When scientists look to sharing their newly published research, they often turn to media outlets with large audiences. But at the American Society of Human Genetics ( conference in October, I realized that Reddit's r/science community is the front page we may all be missing out on.
In case you haven't already stumbled on to the site, Reddit – “read and edit” – is a news aggregation social media platform which is often referred to as the front page of the internet. It's composed of over a million subreddits (communities), where the 13-year-old Fun fact: r/science has over 22.6 million subscribers, making it the fifth largest subreddit on the site.
is an Assistant Professor of at Vanderbilt University Medical Center – and is also one of the 1,500+ moderators on Reddit's r/science community. At ASHG’s communications workshop, Below shared that in September 2019 alone, the r/science community “averaged 5.6 million unique users and 29 million page views” – which happens to be a larger circulation than all top ten US newspapers' weekday circulation (including USA Today, The New York Times, and the Wall Street Journal).
At r/science, Below says that there are three goals: to normalize interactions with scientists, to illuminate the processes of science (rather than only the results) and to promote disintermediation (i.e. skipping news outlets to go straight to the scientists). Below says that r/science does this in three ways: user-submitted links to research, hosting (replacing the old Ask-Me-Anything format) and by verifying users.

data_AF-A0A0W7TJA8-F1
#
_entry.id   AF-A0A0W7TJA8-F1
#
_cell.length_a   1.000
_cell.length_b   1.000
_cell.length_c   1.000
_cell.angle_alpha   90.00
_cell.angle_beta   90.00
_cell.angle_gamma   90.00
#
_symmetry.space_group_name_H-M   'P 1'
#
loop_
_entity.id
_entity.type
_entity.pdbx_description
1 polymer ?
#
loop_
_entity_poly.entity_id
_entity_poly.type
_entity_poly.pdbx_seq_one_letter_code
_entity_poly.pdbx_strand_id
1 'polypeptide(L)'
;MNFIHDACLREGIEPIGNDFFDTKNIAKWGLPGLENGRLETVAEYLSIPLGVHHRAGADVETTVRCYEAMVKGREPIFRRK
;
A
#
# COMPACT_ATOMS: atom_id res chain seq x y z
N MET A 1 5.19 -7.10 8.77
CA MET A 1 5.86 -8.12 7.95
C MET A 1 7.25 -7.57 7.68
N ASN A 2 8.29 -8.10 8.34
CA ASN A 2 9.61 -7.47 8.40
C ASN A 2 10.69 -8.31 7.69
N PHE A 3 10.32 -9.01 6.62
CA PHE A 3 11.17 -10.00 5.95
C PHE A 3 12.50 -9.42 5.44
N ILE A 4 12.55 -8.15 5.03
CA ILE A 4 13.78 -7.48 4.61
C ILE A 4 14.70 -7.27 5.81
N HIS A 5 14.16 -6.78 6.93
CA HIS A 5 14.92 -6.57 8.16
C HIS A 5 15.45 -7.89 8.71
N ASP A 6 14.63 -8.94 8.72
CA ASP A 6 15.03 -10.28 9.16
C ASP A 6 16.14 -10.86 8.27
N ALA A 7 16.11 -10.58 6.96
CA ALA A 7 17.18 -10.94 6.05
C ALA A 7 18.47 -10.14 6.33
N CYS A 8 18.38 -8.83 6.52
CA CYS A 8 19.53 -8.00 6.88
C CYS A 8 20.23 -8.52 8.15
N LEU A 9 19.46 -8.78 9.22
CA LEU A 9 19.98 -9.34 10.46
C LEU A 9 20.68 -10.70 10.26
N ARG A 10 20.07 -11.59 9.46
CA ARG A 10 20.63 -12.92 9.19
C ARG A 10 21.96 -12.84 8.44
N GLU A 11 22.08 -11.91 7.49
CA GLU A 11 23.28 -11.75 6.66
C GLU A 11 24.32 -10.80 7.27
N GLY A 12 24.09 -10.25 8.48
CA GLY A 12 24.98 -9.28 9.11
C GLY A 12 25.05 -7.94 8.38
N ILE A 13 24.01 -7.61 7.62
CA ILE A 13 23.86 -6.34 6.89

Below says that “presenting your work in an r/science discussion is likely the largest audience you will ever have in your career” and hopes that science discussions on Reddit will become a culturally expected next step for scientists once they publish an “important” paper. For example, r/science has hosted discussion series on , and a conversation with the research group of , where the climate change science discussion had around ten million impressions and over 183k views.
Submissions requirements and comment rules help keep r/science conversations polite and scientific. In fact, by verifying their expertise and displaying an educational flair (e.g. “Grad Student | Physics”), Below says that Reddit users can help provide the context behind research, including methodology and statistics. Of r/science's 5,000+ verified users, 31% have a Bachelor of Science degree, where an additional 4% and 24% identify as professors and graduate students. Biology (19%) is the largest verified field, followed closely by engineering (16%) and medicine (12%). Journalists, writers and university press relations can also request flairs.
Interested in exploring r/science? Below recommends creating a Reddit account – and to consider adding an educational flair to your account or hosting a discussion series. After all, if you truly want to communicate your science with the public, why not head directly to the front page of the internet?